By Anne Marie Amacher
The Catholic Messenger
Administrators of Catholic schools that have opened in the Diocese of Davenport say they are pleased with students’ acceptance of wearing face coverings, observing social distancing and other pandemic safety protocols. Some diocesan schools will open after Labor Day.
Rebecca Clarahan, principal of St. James Catholic School in Washington said, “We are very fortunate that our Return to Learn Committee thought through so many scenarios and spent a lot of time thinking and working on how we could best keep our students healthy, safe and learning. Our students have done an excellent job of wearing face coverings which speaks volumes about our families who have worked with their children at home.”
Clarahan also appreciates the school’s “dedicated staff, who are working hard to ensure student and staff safety and quality instruction.” The few adaptations made to the plan for in-school learning dealt mainly with arrival and dismissal, she said. School began Aug. 24 for the 71 students in grades K-5 and the preschool’s 33 students will begin classes Sept. 8.
St. James does not offer a hybrid or online option. Students attend in person, for full days.
“We continue to pivot and work on adjusting as needed. We continue to develop our plan (in case of) a quarantined class or a school closure. We have a variety of platforms such as Seesaw and Google Classroom to continue to educate students remotely,” Clarahan said.
Bill Maupin, principal of Notre Dame Catholic Schools in Burlington, said school began Aug. 10. Area public schools delayed their start to Aug. 31. Because Notre Dame is air conditioned, school has continued full days without the need for early dismissals due to heat and humidity.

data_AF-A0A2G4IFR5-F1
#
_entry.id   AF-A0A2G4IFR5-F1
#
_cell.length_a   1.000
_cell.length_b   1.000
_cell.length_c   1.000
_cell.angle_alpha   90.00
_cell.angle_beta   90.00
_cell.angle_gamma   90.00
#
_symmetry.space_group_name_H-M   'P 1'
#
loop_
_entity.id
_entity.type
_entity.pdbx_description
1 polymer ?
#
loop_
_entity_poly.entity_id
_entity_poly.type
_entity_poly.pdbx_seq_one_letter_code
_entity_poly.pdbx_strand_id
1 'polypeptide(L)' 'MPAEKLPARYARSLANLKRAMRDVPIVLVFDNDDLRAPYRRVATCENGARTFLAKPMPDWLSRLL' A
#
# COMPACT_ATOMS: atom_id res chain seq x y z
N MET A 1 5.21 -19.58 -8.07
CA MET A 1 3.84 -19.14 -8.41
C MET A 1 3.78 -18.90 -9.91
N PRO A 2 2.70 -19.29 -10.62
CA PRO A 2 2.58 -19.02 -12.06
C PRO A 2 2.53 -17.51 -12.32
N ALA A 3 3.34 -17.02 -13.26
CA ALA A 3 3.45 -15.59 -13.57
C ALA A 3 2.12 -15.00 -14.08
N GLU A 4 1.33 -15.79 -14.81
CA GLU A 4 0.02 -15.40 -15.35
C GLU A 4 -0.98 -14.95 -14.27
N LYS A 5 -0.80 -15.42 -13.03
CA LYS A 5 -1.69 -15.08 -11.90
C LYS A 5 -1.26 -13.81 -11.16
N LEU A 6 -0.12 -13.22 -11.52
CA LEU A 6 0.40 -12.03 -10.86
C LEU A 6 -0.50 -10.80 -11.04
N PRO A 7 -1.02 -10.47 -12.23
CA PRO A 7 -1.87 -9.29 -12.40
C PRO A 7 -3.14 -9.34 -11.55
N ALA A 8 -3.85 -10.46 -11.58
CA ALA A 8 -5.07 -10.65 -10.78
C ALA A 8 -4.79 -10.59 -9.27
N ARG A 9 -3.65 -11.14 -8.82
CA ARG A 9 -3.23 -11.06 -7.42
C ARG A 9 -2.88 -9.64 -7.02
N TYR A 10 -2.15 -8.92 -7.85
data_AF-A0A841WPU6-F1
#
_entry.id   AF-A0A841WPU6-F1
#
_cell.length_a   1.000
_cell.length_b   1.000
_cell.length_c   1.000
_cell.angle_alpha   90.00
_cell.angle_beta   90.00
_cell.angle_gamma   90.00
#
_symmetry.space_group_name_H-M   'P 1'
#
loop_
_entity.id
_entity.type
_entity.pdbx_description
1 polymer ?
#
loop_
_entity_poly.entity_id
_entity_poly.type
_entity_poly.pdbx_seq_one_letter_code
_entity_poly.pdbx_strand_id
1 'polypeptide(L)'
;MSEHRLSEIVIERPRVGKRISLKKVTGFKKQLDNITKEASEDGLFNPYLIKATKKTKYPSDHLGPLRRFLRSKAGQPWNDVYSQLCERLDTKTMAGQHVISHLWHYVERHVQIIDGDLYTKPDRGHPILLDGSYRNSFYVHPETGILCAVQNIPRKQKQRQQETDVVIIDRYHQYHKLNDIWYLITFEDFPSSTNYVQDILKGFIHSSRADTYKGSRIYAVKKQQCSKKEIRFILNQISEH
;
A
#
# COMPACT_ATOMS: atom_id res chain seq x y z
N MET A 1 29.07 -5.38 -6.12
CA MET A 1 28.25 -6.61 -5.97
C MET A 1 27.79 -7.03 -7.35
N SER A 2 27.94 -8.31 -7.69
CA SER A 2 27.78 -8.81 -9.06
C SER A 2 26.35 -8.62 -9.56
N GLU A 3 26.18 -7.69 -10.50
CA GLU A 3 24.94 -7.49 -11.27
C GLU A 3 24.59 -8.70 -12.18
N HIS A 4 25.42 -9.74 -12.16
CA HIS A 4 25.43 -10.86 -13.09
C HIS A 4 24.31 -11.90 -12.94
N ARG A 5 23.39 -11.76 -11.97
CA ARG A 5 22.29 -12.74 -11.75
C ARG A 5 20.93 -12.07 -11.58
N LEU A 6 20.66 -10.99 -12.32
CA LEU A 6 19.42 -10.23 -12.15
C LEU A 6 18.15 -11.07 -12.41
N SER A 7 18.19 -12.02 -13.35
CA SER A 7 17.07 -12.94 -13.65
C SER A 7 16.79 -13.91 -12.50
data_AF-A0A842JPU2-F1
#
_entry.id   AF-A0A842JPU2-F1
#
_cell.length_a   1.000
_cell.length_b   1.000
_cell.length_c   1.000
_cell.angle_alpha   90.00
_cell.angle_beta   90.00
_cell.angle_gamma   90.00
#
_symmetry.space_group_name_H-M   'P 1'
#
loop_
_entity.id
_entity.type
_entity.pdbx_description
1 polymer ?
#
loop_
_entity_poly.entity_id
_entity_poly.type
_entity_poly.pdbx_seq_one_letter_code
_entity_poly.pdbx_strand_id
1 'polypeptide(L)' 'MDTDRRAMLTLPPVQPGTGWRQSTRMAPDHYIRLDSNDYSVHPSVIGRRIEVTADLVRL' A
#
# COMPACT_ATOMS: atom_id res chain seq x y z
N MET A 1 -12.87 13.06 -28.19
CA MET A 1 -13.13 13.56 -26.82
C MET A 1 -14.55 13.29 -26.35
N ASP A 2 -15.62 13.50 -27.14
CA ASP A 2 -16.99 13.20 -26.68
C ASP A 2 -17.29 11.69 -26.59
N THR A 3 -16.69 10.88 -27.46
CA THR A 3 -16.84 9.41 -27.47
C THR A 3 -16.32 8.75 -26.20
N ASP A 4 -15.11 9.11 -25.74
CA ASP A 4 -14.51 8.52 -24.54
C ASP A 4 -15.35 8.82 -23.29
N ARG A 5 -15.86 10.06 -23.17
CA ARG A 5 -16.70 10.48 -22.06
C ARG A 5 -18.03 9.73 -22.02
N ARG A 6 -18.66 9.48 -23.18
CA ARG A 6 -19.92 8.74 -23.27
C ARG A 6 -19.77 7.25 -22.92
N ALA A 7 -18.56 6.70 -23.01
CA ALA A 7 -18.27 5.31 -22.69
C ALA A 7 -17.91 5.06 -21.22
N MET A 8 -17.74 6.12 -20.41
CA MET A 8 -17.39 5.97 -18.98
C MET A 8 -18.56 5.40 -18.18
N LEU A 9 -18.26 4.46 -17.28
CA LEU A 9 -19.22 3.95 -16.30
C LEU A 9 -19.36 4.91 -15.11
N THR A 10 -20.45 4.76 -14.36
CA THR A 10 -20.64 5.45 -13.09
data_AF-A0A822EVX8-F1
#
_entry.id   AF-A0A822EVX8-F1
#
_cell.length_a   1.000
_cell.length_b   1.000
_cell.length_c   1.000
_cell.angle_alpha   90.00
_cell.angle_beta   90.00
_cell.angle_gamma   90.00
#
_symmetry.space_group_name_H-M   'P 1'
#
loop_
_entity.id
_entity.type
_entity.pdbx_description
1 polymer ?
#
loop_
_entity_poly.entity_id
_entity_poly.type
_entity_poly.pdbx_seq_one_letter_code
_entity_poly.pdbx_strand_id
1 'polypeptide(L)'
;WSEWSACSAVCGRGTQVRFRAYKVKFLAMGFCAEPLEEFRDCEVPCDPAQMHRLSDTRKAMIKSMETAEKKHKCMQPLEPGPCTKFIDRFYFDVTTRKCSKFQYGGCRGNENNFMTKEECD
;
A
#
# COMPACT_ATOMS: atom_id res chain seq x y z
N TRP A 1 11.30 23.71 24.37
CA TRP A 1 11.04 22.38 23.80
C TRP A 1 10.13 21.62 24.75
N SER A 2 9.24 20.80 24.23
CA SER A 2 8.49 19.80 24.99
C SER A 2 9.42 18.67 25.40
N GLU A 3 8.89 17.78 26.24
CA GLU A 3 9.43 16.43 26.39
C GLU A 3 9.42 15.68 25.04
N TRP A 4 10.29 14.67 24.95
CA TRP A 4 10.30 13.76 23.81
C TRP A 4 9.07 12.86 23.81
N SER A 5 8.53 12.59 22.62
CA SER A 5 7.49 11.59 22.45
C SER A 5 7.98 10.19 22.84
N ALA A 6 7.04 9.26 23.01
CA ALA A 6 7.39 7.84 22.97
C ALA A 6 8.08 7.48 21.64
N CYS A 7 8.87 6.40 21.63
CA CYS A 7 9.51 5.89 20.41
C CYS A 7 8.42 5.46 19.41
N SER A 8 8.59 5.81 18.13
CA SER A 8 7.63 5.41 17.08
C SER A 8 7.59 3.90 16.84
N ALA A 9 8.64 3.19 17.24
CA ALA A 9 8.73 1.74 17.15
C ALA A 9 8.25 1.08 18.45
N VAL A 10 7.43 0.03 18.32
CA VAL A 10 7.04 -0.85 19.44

“The students and staff have done an amazing job. We really didn’t have any problems. Students have done a great job keeping on the masks and we are using the elementary gym as a second lunch room.”
No changes have been required for the plan to return to school in the midst of a pandemic. Enrollment is 430 students; 35 students opted to do their education online, Maupin said.
At Holy Trinity Catholic Schools in Fort Madison and West Point, school began Aug. 24.
All the classrooms have air conditioning; however, the public school district provides transportation so early dismissals have occurred due to heat and humidity, said
Brenda Graham, marketing and admissions director. When the weather cools, classes will resume full days in person. No challenges popped up in the first week of school.
“Thankfully, our administration and staff did a tremendous job of preparing,” Graham said. “Teachers, students and parents are truly being respectful and patient with our new protocols.” Enrollment is 297 students in grades K-12. Two students chose the online learning option and one student is participating in the hybrid program, she said.
“HTC has seized the opportunity to recognize the Christian values of putting others first and making sacrifices for others. We are blessed by being together. ‘Together’ is the theme of this school year at our elementary school. We certainly cannot take this time together for granted. HTC is dedicated to the safety and values of our students, teachers and our entire school community. We are doing all that is necessary to stay together in the classroom.”